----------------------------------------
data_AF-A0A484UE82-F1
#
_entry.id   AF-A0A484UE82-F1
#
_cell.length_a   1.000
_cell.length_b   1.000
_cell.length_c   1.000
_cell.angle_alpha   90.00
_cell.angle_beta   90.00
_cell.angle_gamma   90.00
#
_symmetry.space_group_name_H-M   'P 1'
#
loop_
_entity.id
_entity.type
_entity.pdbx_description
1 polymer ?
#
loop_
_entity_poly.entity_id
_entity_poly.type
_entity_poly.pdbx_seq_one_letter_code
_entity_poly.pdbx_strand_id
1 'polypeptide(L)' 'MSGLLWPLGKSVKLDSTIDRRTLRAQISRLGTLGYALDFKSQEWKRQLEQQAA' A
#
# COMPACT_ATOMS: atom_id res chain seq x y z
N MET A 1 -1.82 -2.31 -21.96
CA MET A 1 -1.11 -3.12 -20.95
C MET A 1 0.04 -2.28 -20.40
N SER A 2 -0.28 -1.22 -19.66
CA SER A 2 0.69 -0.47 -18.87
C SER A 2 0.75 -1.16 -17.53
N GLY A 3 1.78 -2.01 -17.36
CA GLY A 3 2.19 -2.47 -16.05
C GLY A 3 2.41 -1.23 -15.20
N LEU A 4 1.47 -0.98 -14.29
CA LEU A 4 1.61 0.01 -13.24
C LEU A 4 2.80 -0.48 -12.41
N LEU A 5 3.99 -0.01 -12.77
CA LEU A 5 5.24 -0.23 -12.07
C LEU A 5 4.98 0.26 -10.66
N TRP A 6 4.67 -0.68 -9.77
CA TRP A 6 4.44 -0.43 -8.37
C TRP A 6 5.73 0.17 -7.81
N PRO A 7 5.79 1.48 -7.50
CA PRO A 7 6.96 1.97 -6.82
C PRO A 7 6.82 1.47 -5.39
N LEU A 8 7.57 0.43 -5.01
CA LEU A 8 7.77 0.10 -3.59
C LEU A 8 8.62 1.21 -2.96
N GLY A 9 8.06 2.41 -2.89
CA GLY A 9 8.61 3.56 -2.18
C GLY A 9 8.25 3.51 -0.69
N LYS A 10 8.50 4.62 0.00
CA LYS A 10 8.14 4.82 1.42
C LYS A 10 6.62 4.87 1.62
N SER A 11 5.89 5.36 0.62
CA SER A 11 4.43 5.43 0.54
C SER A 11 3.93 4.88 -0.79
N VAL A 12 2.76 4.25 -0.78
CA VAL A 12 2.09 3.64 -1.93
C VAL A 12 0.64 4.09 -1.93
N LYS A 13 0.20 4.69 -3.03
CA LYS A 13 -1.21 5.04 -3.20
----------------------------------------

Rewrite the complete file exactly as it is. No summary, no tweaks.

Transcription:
data_AF-A0A484UE82-F1
#
_entry.id   AF-A0A484UE82-F1
#
_cell.length_a   1.000
_cell.length_b   1.000
_cell.length_c   1.000
_cell.angle_alpha   90.00
_cell.angle_beta   90.00
_cell.angle_gamma   90.00
#
_symmetry.space_group_name_H-M   'P 1'
#
loop_
_entity.id
_entity.type
_entity.pdbx_description
1 polymer ?
#
loop_
_entity_poly.entity_id
_entity_poly.type
_entity_poly.pdbx_seq_one_letter_code
_entity_poly.pdbx_strand_id
1 'polypeptide(L)' 'MSGLLWPLGKSVKLDSTIDRRTLRAQISRLGTLGYALDFKSQEWKRQLEQQAA' A
#
# COMPACT_ATOMS: atom_id res chain seq x y z
N MET A 1 -1.82 -2.31 -21.96
CA MET A 1 -1.11 -3.12 -20.95
C MET A 1 0.04 -2.28 -20.40
N SER A 2 -0.28 -1.22 -19.66
CA SER A 2 0.69 -0.47 -18.87
C SER A 2 0.75 -1.16 -17.53
N GLY A 3 1.78 -2.01 -17.36
CA GLY A 3 2.19 -2.47 -16.05
C GLY A 3 2.41 -1.23 -15.20
N LEU A 4 1.47 -0.98 -14.29
CA LEU A 4 1.61 0.01 -13.24
C LEU A 4 2.80 -0.48 -12.41
N LEU A 5 3.99 -0.01 -12.77
CA LEU A 5 5.24 -0.23 -12.07
C LEU A 5 4.98 0.26 -10.66
N TRP A 6 4.67 -0.68 -9.77
CA TRP A 6 4.44 -0.43 -8.37
C TRP A 6 5.73 0.17 -7.81
N PRO A 7 5.79 1.48 -7.50
CA PRO A 7 6.96 1.97 -6.82
C PRO A 7 6.82 1.47 -5.39
N LEU A 8 7.57 0.43 -5.01
CA LEU A 8 7.77 0.10 -3.59
C LEU A 8 8.62 1.21 -2.96
N GLY A 9 8.06 2.41 -2.89
CA GLY A 9 8.61 3.56 -2.18
C GLY A 9 8.25 3.51 -0.69
N LYS A 10 8.50 4.62 0.00
CA LYS A 10 8.14 4.82 1.42
C LYS A 10 6.62 4.87 1.62
N SER A 11 5.89 5.36 0.62
CA SER A 11 4.43 5.43 0.54
C SER A 11 3.93 4.88 -0.79
N VAL A 12 2.76 4.25 -0.78
CA VAL A 12 2.09 3.64 -1.93
C VAL A 12 0.64 4.09 -1.93
N LYS A 13 0.20 4.69 -3.03
CA LYS A 13 -1.21 5.04 -3.20